Use of surplus funds of state agencies | The Daily Star
12:00 AM, January 16, 2020 / LAST MODIFIED: 12:06 AM, January 16, 2020


Use of surplus funds of state agencies

Commendable, but we should proceed judiciously

We welcome the initiative taken by the government to utilise the surplus funds of the state enterprises to implement various development projects. The organisations with the highest surplus funds include Bangladesh Petroleum Corporation (BPC), Bangladesh Power Development Board (BPDB), Petrobangla, Rural Electrification Board, Rajuk, Titas gas, etc. According to the finance ministry, the state-owned autonomous organisations held Tk 218,839 crore at banks until June 30 last year.

As of June 30, 2020, BPC and BPDB alone had a surplus fund of Tk 21,611 crore and Tk 19,474 crore, respectively. It makes absolutely no sense as to why such large sums of money should be lying idle in the banks while many of the development projects taken by the government remain unimplemented because of fund crisis. This daily reported earlier how many infrastructure development projects remained unimplemented or could not be completed in time because of uncertainty over financing. While the move to use underutilised funds is welcome, we hope the government will make good use of it and not spend it on vanity projects.

The government has already placed a bill in the parliament in this regard to bring the surplus money held by 61 state organisations to the national exchequer. According to the bill, the surplus funds will be deposited to the national exchequer after keeping aside the operational cost, additional 25 percent of the operational cost as emergency funds, money for general provident fund and pension, etc. It also states that the agencies will have to deposit the funds to the national exchequer within three months of completion of a fiscal year.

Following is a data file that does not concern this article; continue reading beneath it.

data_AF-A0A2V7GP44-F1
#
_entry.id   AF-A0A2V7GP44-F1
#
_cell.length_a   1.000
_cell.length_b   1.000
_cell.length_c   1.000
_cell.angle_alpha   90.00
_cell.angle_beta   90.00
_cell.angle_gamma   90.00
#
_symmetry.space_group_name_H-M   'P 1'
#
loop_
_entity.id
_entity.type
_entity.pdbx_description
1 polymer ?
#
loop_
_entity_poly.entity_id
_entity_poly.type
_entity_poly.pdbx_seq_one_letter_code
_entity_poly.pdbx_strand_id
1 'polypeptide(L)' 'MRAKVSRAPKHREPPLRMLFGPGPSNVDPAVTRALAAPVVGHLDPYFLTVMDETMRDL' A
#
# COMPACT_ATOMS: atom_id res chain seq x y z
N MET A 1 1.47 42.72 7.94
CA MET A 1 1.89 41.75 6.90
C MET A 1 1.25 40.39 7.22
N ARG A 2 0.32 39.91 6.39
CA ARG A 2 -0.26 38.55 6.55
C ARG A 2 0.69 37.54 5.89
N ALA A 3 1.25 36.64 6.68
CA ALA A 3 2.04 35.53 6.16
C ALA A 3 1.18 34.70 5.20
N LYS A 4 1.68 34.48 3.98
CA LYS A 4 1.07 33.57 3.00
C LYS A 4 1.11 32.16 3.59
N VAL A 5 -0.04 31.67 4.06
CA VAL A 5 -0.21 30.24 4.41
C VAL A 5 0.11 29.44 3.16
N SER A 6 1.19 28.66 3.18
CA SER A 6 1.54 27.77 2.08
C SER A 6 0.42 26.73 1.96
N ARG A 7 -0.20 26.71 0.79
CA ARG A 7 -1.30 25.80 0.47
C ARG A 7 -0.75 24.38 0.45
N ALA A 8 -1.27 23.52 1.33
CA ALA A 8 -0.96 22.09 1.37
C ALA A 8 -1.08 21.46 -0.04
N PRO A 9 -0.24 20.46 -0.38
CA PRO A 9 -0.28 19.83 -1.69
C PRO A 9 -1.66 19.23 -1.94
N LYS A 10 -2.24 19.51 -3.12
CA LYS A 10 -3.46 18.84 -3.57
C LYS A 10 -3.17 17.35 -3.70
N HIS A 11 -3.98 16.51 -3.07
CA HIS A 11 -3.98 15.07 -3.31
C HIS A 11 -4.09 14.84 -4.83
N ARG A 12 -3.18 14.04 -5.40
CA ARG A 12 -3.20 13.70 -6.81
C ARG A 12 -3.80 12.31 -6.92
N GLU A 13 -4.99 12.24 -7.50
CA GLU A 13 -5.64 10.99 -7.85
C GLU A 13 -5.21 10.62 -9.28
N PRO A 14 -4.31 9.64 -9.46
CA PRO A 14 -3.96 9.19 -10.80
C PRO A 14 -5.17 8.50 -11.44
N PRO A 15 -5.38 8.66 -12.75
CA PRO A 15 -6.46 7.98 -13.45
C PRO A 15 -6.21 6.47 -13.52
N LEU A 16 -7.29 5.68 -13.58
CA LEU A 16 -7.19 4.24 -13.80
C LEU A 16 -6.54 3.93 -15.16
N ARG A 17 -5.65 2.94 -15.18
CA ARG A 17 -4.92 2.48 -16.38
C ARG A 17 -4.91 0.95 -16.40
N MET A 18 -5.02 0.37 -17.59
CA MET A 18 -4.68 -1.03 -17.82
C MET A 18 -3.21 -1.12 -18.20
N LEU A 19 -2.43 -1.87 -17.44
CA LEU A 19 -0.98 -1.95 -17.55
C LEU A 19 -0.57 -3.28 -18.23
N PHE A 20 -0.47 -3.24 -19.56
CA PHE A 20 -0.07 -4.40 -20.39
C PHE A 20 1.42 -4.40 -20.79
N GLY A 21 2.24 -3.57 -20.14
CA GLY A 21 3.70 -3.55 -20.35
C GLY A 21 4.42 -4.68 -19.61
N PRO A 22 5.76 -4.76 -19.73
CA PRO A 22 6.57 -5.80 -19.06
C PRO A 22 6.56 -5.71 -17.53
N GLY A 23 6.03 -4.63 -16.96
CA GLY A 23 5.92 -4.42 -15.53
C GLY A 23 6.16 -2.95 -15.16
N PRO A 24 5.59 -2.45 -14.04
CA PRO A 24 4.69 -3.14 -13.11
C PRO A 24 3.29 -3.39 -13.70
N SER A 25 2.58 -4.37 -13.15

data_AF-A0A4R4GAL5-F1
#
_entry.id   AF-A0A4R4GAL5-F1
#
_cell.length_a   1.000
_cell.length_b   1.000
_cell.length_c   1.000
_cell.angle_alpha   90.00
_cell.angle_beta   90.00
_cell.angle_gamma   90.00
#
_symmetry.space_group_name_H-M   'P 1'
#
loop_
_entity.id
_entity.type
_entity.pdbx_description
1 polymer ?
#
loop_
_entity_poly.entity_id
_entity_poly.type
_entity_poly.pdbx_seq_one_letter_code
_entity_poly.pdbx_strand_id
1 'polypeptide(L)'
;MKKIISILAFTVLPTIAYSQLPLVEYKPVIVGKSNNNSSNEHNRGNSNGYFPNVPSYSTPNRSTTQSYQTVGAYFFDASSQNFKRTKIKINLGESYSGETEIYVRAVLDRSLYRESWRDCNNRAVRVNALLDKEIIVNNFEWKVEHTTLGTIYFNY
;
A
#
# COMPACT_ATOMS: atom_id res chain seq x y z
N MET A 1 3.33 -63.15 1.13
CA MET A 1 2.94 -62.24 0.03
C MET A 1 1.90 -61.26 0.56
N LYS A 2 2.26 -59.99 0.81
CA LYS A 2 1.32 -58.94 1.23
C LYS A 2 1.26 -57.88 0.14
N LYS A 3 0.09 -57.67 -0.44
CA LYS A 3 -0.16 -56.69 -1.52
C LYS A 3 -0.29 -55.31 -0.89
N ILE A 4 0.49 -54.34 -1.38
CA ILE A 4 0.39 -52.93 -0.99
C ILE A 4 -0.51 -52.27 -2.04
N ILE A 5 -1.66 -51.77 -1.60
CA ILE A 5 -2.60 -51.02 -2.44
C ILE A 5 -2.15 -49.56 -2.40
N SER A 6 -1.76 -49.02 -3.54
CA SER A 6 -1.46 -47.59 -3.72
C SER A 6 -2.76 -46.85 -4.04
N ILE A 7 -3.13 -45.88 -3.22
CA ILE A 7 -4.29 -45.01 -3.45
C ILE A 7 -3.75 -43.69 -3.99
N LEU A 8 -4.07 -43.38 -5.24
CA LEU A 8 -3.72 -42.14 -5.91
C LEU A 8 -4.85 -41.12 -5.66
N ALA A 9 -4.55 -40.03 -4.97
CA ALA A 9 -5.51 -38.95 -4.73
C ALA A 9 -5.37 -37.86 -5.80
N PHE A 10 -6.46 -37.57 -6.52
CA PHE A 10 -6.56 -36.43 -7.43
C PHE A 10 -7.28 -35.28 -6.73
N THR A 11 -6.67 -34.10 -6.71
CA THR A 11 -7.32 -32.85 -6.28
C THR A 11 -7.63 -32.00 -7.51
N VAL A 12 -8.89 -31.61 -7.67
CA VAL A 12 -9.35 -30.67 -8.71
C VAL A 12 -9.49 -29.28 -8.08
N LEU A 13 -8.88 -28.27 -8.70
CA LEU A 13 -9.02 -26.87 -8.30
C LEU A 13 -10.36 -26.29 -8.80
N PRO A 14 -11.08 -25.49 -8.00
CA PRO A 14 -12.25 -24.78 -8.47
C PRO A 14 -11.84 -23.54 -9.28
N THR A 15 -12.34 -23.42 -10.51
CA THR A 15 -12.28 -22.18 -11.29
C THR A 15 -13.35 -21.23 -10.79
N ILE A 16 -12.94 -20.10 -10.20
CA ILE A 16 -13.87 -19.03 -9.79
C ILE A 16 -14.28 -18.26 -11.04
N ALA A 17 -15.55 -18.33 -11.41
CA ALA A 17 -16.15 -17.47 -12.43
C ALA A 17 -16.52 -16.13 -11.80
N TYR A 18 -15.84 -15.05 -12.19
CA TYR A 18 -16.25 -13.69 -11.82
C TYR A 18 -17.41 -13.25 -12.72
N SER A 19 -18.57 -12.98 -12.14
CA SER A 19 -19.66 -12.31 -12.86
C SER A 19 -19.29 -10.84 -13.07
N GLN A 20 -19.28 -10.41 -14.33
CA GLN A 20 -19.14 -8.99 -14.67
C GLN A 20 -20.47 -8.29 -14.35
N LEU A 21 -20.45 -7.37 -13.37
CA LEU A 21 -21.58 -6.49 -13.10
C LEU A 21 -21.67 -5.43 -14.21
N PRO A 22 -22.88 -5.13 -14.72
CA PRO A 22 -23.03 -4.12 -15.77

However, the fear of the bankers—that the law would hit hard our already cash-starved banking sector—in particular, should be taken into account so that the soon-to-be- passed law becomes implementable and people-oriented. Since the bill has now been with the parliamentary standing committee on finance for examination, we hope the committee will examine all the pros and cons before finalising it. The government should take expert opinions from those in the state enterprises and especially the banking sector, which would be the worst affected as most of the money was deposited with them.  

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